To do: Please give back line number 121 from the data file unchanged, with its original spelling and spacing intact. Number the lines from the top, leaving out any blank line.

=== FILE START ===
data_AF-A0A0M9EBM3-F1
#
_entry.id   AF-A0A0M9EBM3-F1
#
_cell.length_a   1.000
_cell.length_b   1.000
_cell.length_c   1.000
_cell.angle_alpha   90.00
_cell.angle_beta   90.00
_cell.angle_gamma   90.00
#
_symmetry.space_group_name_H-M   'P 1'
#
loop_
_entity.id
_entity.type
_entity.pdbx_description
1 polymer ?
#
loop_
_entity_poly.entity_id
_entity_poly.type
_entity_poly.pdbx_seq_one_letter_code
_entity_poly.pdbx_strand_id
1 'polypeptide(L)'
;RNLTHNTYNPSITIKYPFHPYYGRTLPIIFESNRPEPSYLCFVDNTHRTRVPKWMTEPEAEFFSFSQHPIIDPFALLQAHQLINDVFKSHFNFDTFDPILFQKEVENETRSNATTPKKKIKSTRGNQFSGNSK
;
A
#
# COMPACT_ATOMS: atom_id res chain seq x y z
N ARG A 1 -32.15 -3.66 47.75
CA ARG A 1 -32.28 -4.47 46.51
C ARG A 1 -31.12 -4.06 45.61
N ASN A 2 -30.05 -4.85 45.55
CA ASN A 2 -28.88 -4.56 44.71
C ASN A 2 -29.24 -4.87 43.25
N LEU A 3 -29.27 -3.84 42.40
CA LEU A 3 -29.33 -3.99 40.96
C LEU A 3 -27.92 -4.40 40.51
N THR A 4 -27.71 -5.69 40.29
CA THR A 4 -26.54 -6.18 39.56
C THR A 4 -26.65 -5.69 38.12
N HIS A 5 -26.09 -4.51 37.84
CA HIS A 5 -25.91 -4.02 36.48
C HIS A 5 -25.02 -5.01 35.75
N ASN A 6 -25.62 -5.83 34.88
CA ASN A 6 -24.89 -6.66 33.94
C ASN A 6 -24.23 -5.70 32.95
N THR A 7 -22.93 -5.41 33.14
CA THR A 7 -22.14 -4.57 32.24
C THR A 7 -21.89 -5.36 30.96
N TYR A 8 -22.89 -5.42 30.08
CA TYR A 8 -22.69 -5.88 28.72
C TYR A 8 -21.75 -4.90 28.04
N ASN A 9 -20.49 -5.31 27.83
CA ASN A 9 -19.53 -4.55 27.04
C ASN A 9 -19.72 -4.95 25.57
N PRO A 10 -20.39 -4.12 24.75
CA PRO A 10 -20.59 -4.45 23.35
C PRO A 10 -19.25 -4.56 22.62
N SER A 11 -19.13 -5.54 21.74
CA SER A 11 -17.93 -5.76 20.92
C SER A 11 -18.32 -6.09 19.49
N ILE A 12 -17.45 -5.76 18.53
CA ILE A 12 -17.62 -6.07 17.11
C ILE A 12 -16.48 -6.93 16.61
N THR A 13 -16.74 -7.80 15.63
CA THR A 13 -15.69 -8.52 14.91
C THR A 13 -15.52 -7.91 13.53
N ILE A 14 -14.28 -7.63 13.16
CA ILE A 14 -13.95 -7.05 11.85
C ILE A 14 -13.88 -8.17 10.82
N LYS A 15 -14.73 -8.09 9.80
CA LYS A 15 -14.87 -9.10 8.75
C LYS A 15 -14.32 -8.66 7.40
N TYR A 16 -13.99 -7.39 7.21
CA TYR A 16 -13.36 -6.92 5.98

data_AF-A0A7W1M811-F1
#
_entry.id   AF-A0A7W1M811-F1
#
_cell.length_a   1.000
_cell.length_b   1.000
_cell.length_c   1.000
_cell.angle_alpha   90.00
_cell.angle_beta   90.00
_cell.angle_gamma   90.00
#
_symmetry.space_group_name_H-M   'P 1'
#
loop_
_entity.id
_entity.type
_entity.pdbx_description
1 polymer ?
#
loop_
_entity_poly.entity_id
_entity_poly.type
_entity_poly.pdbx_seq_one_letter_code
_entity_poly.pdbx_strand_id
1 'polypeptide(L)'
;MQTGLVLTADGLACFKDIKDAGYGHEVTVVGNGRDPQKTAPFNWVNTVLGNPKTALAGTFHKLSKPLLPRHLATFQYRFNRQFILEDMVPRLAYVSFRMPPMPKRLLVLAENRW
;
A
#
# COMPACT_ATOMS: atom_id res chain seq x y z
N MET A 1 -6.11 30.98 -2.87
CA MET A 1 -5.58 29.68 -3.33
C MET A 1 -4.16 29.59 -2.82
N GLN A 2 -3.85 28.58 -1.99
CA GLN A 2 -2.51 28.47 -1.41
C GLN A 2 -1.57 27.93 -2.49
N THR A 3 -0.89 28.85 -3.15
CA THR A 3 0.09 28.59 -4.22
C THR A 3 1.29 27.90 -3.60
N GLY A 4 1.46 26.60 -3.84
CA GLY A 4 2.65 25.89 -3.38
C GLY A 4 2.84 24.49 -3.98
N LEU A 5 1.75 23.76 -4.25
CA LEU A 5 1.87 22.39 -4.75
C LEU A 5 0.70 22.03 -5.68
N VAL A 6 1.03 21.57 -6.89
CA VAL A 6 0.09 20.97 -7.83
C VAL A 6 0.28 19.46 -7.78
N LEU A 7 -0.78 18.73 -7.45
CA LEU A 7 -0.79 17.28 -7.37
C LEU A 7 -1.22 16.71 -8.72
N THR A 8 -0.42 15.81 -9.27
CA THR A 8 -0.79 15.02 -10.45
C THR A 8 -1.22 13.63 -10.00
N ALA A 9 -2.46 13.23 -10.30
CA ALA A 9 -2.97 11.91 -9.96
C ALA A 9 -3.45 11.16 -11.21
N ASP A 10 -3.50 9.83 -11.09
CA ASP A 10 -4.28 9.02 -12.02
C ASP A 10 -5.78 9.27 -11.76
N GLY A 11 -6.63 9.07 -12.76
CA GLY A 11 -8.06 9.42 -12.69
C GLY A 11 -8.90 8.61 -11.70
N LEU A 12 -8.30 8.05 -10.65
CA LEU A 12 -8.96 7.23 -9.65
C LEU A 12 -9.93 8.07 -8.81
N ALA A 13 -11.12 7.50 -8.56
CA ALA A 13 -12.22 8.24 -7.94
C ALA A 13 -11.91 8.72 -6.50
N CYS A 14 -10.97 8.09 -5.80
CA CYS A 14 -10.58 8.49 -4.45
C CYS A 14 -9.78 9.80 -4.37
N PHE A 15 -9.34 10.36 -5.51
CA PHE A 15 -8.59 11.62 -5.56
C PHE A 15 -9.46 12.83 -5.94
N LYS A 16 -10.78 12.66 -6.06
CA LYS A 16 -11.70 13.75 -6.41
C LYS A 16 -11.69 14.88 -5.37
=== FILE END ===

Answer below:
CA LEU A 5 1.87 22.39 -4.75